With 20 years of hindsight at my disposal, I’ve come to a realization. Tandems are a bit like God. Either you believe in them, or you don’t. Either you appreciate the intimate experience from sharing a set of wheels and each turn with another rider, or you just don’t see the point; sometimes you even think it’s a really bad idea. Sure, I’ve met the fence-sitters, folks who think the pomp, circumstance and ceremony of mass is pretty cool, but they’ve never been baptized, so to speak.
And I’m comparing tandems as a category to God and not to religion because, as it turns out, each brand stands as something of a religion. Bill McCready of Santana has been the best public face of tandeming for more than 20 years. He’s single-handedly pushed more technological advancement in tandems than every other brand put together; he’s the man who first brought disc brakes to tandems, way back in 1999. If he’s not the pope, I don’t know who is. Co-Motion has carved a separate path and has been, as a brand, much less outspoken in its views, but among the go-fast types I know, their bikes have been renown for having the best handling among these school-bus-long bikes. Think of them as the Episcopals or Lutherans—soft-spoken and easy going. There’s a whole host of others, such as Davinci, which gives the captain and stoker the ability to pedal independently. For some, it makes perfect sense, but for many captains, the thought that you can’t make sure your stoker’s inside pedal is up as you enter a turn isn’t so much a recipe for disaster as a complete oven-ready meal.
In 1997 I found myself with a girlfriend who rode and an interest in climbing on the back of a big, long bike. How could I say no? A buddy worked an introduction to a shop with demo tandems and a friend who was an experienced stoker. We gave it a try one Saturday. The single clearest memory I have from that day is that as we and the group we were riding with (composed mostly of singles, which is tandem-speak for normal bikes), Natalie, my stoker, stood up, leaned over me, and she gave us a kick of acceleration that would have made Carroll Shelby smile.
Yep, I like this.
I ended up purchasing a tandem, a Cannondale that I probably put 10,000 miles on with an ex. On one occasion we managed to string out a popular training ride, going 32 into the wind. No one came by us until the sprint. So shattered was the group that people were still coming around us a full minute after we’d stopped pedaling. Good times.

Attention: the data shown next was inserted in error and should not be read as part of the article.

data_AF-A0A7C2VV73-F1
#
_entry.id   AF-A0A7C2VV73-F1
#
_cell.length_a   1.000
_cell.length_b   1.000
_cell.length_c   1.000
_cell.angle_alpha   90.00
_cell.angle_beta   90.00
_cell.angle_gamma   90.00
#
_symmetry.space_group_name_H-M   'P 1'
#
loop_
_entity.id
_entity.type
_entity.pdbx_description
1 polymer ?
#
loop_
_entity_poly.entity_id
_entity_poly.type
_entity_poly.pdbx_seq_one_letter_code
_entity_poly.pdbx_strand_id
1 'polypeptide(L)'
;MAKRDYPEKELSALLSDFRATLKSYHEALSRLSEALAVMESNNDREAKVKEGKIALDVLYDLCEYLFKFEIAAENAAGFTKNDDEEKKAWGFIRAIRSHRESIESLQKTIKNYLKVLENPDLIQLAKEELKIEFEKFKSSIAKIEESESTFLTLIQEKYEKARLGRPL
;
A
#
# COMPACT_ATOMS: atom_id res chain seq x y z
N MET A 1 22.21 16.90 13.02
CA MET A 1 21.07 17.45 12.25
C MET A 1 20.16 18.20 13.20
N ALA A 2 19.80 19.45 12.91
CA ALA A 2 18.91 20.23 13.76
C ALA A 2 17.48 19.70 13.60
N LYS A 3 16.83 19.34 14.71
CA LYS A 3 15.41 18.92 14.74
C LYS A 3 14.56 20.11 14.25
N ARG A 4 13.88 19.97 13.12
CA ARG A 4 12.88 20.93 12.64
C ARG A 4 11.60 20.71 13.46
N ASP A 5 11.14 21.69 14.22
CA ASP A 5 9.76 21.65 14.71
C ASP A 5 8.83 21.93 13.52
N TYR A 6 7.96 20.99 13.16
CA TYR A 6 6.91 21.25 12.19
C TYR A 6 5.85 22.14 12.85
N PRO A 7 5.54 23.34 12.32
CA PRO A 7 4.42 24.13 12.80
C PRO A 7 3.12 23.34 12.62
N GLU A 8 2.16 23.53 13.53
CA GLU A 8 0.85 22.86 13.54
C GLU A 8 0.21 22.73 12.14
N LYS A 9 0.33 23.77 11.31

But the ‘Dale started collecting dust when I met my wife. She likes bikes, but had no interest in sitting behind me on a bike, not as long as she had one of her own. You could say ours is a mixed marriage. It was following a conversation with the pope, er, McCready, when I mentioned looking forward to the day that I could pick up a trail-a-bike that he rounded on me told me not to. Bill does this. Trail-a-bikes are to Bill like birth control is to the real pope. That’s not how you do things. And then he made his case: The handling is compromised. The kid can coast full time and thereby lose the lesson of how going somewhere has a metabolic and psychic cost—you have to pedal. He talked about the lousy gearing on the trail-a-bikes that meant even if the kid wanted to pedal, they might be over- or under-geared.
The trail-a-bike was a sin against a child’s future as a cyclist.
Glad we settled that.
So I called his sales manager and ordered a child stoker kit. That tandem quickly became Mini-Shred’s favorite way to make the commute home from kindergarten. But I sold it ahead of our move to Sonoma County. I only did that because of the photos above. I struck a deal with the folks at Co-Motion for one of their Periscope tandems. What makes this an unusual tandem (and gives it its name) are the telescoping seat tubes. Each seat tube features a quick release clamp with a telescoping section of tubing followed by another quick release that secures the seatpost. It can accommodate riders from wee lad to NBA star. One bike will be able to accommodate either of my sons, in time.
Aside from the coming review, the Periscope will be a recurring feature in posts. Part of our purpose in tackling this project was to look at the challenge of spec’ing a tandem today. It’s not easy; triples are all but dead and most teams need low gears for the hills. More important, I think the Periscope has the potential to be a great tool for passing cycling on to your kids. I’ll venture to say that the Periscope is the single most important innovation in tandeming since the disc brake.
Keep your eye on this space. Even if you’re not a believer in tandems, maybe you can consider the coming posts as part of your survey of world religions.